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suggests ways to mitigate adverse effects of undertakings
impacting eligible resources.  See the publication, Guidance for
Preparing Historic and Archeological Resources Protection Plans
at United states Navy Facilities, for general information on
preparing and using the HARP Plan.
Overview Survey.  A HARP Plan begins with an overview survey,
carried out by a team of qualified professionals (at least one
archeologist and one architectural historian), to identify an
installation's National Register resources and/or areas of
archeological potential.  The team reviews the NAVFAC P-164
inventory for the base in addition to written histories and maps,
visits local or regional libraries, and reviews state and federal
lists of known archeological sites and historic buildings,
structures, and objects.  Based on field visits, they note all
districts, buildings, structures, and objects that appear to be
eligible for the National Register.  They examine areas where
development may have destroyed archeological remains and identify
areas that seem likely to contain undisturbed remains.  Just as
important in a practical sense, they identify those areas and
resources that are probably not of historic, architectural, or
archeological significance.
2.2.1 Historic Property Inventory.  An inventory is prepared
listing all the resources (historic properties and archeological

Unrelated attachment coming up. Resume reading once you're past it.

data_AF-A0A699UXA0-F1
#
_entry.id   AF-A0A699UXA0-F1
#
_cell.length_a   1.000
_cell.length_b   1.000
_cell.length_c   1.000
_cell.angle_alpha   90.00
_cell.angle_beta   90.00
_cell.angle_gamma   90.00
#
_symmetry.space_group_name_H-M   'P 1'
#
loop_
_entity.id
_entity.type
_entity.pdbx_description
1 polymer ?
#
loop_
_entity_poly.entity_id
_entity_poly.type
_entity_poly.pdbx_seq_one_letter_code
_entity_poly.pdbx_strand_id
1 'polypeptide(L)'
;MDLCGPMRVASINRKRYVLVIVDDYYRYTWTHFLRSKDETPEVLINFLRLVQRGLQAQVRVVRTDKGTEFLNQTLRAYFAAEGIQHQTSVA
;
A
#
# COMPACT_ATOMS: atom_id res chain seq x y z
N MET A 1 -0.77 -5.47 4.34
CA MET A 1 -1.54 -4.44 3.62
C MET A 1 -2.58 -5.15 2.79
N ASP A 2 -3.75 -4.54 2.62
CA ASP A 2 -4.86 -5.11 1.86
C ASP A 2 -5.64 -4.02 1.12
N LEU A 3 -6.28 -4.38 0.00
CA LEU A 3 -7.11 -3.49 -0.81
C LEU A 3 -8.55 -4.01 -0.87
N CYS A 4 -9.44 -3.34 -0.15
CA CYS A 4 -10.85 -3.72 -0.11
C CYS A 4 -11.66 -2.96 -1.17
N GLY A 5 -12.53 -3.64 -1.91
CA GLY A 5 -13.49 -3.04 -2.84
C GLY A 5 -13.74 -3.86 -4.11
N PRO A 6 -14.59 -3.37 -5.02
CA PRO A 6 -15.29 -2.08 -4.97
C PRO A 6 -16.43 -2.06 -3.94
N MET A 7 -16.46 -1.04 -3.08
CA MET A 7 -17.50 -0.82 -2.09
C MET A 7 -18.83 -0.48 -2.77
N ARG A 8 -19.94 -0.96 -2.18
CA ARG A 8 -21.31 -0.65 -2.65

sites) on the installation that are currently on the National
Register.  The inventory also lists those that appear to be
eligible for the Register.
2.2.2 Inventory Evaluation.  Each item in the Historic
Property Inventory is then reviewed and evaluated.  Some of the
considerations in this evaluation process are the importance, or
significance, of the property to the history of the installation,
locality, region or nation; the property's place in the
preservation plan for the base; and the priority associated with
the maintenance goals for the property.
2.2.3 National Resister Resource Treatment Categories.  The
Navy divides all of its cultural resources (that means every
property listed in NAVFAC P-164 and every archeological site that
is or may be eligible for the National Register) into three
general categories that recognize varying levels of historical or
architectural importance based on evaluation by qualified
The HARP Plan for each facility spells out
which buildings, structures, sites, districts, and objects have
been placed in each category.  Preservation actions, or
"treatments", required may vary with the category.  It is
important to remember that resources can be assigned to these
categories only by qualified professionals in consultation with
the Navy.  The purpose of the categorization system is to help
local activity personnel achieve the goals in the HARP Plan and
comply with Sections 106 and 110 of the National Historic
Preservation Act in a cost-effective way.


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